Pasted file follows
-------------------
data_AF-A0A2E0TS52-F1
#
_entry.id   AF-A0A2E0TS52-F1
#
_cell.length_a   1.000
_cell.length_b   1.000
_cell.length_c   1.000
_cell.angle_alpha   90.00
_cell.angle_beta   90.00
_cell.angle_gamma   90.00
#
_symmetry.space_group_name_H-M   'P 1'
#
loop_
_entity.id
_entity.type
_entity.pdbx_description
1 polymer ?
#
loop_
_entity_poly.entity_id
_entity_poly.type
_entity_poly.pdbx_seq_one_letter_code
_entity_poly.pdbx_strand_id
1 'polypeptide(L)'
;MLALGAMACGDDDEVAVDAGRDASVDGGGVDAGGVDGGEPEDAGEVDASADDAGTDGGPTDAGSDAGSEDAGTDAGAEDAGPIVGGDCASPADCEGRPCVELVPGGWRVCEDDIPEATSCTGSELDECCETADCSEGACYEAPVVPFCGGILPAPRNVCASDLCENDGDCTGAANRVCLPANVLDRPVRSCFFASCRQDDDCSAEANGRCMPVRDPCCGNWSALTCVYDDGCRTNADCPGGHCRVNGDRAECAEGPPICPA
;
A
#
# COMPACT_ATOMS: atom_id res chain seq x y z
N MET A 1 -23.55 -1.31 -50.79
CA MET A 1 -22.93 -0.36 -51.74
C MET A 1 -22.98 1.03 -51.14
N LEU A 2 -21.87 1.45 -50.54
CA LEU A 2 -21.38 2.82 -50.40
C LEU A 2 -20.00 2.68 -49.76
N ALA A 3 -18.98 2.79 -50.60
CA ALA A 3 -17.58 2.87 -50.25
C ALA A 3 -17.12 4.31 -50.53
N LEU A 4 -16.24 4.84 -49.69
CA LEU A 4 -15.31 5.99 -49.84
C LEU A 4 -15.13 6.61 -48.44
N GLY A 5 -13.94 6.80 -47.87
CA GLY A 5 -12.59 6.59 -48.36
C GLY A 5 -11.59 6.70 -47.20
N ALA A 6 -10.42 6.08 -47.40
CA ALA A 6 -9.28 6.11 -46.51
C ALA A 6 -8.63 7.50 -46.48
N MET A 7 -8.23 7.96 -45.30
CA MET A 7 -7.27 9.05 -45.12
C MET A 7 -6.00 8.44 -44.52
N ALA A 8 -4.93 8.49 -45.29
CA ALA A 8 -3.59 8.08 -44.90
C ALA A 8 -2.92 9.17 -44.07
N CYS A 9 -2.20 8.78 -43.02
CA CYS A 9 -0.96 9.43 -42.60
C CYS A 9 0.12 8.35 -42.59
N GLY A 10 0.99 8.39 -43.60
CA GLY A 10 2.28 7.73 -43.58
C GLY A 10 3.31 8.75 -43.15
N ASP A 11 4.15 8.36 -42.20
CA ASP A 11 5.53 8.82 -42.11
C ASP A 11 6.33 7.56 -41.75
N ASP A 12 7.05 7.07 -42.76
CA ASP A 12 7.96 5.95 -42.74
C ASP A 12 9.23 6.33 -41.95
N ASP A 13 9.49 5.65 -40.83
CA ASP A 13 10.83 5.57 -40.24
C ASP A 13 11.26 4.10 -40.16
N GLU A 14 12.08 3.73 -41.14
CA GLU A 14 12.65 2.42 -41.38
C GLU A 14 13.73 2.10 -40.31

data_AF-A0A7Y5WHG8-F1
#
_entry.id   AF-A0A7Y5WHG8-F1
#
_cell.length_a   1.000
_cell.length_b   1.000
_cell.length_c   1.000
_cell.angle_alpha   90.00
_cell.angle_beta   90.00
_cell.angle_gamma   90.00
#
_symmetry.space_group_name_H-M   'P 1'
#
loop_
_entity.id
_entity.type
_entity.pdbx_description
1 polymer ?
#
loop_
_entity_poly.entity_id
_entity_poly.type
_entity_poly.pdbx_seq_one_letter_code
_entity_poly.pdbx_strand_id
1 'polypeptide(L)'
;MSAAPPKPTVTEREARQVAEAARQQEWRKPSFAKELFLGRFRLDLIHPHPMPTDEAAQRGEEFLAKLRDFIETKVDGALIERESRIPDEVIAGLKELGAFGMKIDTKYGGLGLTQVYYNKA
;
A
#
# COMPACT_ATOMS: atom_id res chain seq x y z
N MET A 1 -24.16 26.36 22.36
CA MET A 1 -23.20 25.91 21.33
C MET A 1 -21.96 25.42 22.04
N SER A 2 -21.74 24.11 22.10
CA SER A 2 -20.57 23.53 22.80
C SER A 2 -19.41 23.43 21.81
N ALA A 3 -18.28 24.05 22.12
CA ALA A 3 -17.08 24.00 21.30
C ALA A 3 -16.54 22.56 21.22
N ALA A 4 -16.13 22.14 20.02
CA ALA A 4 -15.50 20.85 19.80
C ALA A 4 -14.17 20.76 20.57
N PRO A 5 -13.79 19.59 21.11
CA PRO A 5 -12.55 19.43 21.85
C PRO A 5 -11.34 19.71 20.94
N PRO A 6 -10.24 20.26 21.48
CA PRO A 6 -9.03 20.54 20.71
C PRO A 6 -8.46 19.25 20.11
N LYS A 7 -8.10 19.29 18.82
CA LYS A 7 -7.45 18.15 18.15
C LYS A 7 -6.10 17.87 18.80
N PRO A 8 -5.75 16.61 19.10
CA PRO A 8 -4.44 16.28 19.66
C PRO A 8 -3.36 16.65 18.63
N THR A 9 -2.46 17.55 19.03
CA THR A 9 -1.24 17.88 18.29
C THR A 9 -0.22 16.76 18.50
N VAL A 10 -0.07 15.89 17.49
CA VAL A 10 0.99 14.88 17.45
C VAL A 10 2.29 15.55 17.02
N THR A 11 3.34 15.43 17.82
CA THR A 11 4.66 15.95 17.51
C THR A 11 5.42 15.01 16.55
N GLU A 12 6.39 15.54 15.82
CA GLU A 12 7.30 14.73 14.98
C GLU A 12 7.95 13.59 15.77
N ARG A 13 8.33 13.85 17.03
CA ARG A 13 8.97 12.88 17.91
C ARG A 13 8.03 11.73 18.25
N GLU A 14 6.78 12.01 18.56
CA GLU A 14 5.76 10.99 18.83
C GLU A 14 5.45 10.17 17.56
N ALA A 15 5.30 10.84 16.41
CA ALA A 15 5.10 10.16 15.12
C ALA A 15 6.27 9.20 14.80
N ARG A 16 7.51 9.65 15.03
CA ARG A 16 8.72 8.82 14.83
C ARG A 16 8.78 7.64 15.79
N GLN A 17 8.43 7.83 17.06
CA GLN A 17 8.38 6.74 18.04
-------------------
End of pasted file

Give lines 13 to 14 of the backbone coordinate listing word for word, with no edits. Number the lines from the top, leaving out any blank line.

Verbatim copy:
#
loop_